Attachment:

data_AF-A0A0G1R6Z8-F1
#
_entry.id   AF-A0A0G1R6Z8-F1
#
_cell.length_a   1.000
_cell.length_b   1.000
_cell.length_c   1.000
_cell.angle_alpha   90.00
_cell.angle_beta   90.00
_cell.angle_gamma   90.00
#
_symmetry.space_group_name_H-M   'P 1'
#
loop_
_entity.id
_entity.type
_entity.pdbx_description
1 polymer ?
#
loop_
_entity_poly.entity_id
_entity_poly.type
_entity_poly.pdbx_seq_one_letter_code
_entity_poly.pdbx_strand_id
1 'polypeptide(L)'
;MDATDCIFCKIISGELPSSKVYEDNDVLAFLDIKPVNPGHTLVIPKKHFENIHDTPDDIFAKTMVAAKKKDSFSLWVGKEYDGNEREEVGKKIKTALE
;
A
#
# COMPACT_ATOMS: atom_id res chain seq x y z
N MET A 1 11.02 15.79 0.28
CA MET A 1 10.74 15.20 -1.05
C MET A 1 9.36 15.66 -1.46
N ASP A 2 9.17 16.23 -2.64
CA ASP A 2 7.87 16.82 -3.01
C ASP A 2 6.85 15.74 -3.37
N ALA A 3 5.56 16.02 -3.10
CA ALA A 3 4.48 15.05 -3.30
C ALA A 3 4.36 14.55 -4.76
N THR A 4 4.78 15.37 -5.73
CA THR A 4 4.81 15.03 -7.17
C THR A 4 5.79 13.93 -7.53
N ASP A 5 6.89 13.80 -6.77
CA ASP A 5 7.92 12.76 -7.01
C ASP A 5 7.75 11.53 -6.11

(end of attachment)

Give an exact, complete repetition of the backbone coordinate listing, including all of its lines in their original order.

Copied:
data_AF-A0A0G1R6Z8-F1
#
_entry.id   AF-A0A0G1R6Z8-F1
#
_cell.length_a   1.000
_cell.length_b   1.000
_cell.length_c   1.000
_cell.angle_alpha   90.00
_cell.angle_beta   90.00
_cell.angle_gamma   90.00
#
_symmetry.space_group_name_H-M   'P 1'
#
loop_
_entity.id
_entity.type
_entity.pdbx_description
1 polymer ?
#
loop_
_entity_poly.entity_id
_entity_poly.type
_entity_poly.pdbx_seq_one_letter_code
_entity_poly.pdbx_strand_id
1 'polypeptide(L)'
;MDATDCIFCKIISGELPSSKVYEDNDVLAFLDIKPVNPGHTLVIPKKHFENIHDTPDDIFAKTMVAAKKKDSFSLWVGKEYDGNEREEVGKKIKTALE
;
A
#
# COMPACT_ATOMS: atom_id res chain seq x y z
N MET A 1 11.02 15.79 0.28
CA MET A 1 10.74 15.20 -1.05
C MET A 1 9.36 15.66 -1.46
N ASP A 2 9.17 16.23 -2.64
CA ASP A 2 7.87 16.82 -3.01
C ASP A 2 6.85 15.74 -3.37
N ALA A 3 5.56 16.02 -3.10
CA ALA A 3 4.48 15.05 -3.30
C ALA A 3 4.36 14.55 -4.76
N THR A 4 4.78 15.37 -5.73
CA THR A 4 4.81 15.03 -7.17
C THR A 4 5.79 13.93 -7.53
N ASP A 5 6.89 13.80 -6.77
CA ASP A 5 7.92 12.76 -7.01
C ASP A 5 7.75 11.53 -6.11